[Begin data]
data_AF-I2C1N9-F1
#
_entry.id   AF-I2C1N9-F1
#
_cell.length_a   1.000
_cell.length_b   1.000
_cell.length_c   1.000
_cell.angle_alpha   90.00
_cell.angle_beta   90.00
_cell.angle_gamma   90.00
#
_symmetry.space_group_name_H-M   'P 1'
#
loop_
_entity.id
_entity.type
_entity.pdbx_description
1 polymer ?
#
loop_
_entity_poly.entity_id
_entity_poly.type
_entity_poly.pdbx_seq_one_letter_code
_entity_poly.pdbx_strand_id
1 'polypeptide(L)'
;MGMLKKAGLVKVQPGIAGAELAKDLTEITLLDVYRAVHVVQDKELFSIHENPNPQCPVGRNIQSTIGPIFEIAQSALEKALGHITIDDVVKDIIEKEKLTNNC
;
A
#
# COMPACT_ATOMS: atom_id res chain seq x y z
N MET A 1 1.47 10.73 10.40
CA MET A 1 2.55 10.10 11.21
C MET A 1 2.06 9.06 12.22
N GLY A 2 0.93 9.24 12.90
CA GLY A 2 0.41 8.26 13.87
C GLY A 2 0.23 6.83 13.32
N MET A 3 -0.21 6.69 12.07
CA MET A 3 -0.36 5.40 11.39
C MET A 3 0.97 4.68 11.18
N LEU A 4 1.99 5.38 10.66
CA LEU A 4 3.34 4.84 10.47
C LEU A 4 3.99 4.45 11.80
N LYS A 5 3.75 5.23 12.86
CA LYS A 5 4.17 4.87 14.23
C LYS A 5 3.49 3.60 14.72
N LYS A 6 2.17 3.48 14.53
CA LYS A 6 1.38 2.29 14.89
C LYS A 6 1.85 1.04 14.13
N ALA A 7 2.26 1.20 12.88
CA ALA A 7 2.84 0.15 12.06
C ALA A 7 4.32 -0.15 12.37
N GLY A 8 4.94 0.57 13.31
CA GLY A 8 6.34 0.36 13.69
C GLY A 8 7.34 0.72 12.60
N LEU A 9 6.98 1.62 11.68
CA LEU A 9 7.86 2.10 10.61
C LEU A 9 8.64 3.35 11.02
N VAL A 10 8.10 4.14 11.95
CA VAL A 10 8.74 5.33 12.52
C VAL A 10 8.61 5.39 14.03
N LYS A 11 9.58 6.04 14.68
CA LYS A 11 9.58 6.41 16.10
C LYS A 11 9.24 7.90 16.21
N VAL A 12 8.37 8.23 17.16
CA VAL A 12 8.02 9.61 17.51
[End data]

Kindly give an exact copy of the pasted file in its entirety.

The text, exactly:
data_AF-I2C1N9-F1
#
_entry.id   AF-I2C1N9-F1
#
_cell.length_a   1.000
_cell.length_b   1.000
_cell.length_c   1.000
_cell.angle_alpha   90.00
_cell.angle_beta   90.00
_cell.angle_gamma   90.00
#
_symmetry.space_group_name_H-M   'P 1'
#
loop_
_entity.id
_entity.type
_entity.pdbx_description
1 polymer ?
#
loop_
_entity_poly.entity_id
_entity_poly.type
_entity_poly.pdbx_seq_one_letter_code
_entity_poly.pdbx_strand_id
1 'polypeptide(L)'
;MGMLKKAGLVKVQPGIAGAELAKDLTEITLLDVYRAVHVVQDKELFSIHENPNPQCPVGRNIQSTIGPIFEIAQSALEKALGHITIDDVVKDIIEKEKLTNNC
;
A
#
# COMPACT_ATOMS: atom_id res chain seq x y z
N MET A 1 1.47 10.73 10.40
CA MET A 1 2.55 10.10 11.21
C MET A 1 2.06 9.06 12.22
N GLY A 2 0.93 9.24 12.90
CA GLY A 2 0.41 8.26 13.87
C GLY A 2 0.23 6.83 13.32
N MET A 3 -0.21 6.69 12.07
CA MET A 3 -0.36 5.40 11.39
C MET A 3 0.97 4.68 11.18
N LEU A 4 1.99 5.38 10.66
CA LEU A 4 3.34 4.84 10.47
C LEU A 4 3.99 4.45 11.80
N LYS A 5 3.75 5.23 12.86
CA LYS A 5 4.17 4.87 14.23
C LYS A 5 3.49 3.60 14.72
N LYS A 6 2.17 3.48 14.53
CA LYS A 6 1.38 2.29 14.89
C LYS A 6 1.85 1.04 14.13
N ALA A 7 2.26 1.20 12.88
CA ALA A 7 2.84 0.15 12.06
C ALA A 7 4.32 -0.15 12.37
N GLY A 8 4.94 0.57 13.31
CA GLY A 8 6.34 0.36 13.69
C GLY A 8 7.34 0.72 12.60
N LEU A 9 6.98 1.62 11.68
CA LEU A 9 7.86 2.10 10.61
C LEU A 9 8.64 3.35 11.02
N VAL A 10 8.10 4.14 11.95
CA VAL A 10 8.74 5.33 12.52
C VAL A 10 8.61 5.39 14.03
N LYS A 11 9.58 6.04 14.68
CA LYS A 11 9.58 6.41 16.10
C LYS A 11 9.24 7.90 16.21
N VAL A 12 8.37 8.23 17.16
CA VAL A 12 8.02 9.61 17.51